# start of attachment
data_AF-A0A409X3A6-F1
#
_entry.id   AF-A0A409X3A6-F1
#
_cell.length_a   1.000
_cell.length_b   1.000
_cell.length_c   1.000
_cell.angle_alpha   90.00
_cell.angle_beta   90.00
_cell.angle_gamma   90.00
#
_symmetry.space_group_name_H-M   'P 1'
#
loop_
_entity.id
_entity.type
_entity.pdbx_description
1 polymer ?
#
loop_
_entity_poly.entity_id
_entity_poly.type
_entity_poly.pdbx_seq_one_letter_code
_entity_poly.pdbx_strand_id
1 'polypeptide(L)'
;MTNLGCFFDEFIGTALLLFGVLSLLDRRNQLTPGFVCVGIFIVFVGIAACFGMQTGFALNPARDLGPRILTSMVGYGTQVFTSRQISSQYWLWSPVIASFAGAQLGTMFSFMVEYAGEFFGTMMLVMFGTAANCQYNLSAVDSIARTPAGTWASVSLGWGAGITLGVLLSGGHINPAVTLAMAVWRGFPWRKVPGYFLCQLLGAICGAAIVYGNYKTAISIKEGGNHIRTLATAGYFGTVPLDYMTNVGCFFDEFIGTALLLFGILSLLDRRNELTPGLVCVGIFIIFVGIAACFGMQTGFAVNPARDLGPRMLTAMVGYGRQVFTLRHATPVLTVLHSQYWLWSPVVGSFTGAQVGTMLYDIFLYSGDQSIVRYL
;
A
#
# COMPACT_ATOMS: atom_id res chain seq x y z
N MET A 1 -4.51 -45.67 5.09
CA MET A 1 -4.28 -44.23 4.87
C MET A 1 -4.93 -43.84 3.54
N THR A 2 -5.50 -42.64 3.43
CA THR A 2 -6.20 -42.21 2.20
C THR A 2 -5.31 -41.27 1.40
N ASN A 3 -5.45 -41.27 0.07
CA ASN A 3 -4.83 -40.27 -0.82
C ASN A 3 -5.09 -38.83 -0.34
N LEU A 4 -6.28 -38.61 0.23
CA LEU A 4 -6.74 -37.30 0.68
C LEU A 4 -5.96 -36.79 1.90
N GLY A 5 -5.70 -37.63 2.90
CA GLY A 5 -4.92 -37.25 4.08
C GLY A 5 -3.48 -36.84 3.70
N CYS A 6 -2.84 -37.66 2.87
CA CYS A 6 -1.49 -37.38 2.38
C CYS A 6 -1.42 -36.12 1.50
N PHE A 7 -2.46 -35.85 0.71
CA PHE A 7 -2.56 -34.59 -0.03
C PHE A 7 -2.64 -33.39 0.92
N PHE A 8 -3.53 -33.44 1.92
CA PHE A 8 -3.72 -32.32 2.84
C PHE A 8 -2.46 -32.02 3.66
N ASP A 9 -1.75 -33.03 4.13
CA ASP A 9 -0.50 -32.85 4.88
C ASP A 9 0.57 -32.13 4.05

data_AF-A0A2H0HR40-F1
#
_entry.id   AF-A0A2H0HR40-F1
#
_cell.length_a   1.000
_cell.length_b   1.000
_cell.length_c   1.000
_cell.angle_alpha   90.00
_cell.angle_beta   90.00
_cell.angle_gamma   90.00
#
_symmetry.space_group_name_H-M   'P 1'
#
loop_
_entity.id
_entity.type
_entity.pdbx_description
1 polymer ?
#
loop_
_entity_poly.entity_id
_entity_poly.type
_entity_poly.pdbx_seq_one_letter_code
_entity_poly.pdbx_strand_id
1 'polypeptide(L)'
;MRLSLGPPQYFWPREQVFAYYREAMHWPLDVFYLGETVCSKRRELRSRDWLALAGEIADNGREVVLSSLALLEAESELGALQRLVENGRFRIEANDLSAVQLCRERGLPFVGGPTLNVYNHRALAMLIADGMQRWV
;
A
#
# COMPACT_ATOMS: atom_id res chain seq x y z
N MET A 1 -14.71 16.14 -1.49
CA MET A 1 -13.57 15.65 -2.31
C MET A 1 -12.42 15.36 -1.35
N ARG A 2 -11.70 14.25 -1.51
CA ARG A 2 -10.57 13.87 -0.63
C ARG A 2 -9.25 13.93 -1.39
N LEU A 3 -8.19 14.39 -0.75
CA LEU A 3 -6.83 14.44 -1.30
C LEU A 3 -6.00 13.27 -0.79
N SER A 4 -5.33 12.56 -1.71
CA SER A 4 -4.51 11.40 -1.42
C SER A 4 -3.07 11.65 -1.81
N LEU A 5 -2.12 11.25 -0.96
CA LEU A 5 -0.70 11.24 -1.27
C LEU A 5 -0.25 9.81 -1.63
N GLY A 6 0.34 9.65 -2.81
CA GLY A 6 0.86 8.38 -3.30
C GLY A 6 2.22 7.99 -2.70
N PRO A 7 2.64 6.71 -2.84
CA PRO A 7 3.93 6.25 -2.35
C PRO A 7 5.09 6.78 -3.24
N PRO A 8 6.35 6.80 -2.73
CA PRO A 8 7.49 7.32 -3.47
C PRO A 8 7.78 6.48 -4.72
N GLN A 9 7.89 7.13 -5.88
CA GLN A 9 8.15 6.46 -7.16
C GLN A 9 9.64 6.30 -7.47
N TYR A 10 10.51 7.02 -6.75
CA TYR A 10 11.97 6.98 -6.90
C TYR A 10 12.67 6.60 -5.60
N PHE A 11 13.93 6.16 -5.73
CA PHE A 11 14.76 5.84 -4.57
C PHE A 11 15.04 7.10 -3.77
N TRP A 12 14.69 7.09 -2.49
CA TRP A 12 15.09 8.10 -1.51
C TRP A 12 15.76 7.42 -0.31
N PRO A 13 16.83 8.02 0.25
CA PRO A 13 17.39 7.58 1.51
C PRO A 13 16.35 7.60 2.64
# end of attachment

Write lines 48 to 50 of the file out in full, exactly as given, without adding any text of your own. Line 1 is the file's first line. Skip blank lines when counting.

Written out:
C CYS A 6 -1.42 -36.12 1.50
N PHE A 7 -2.46 -35.85 0.71
CA PHE A 7 -2.56 -34.59 -0.03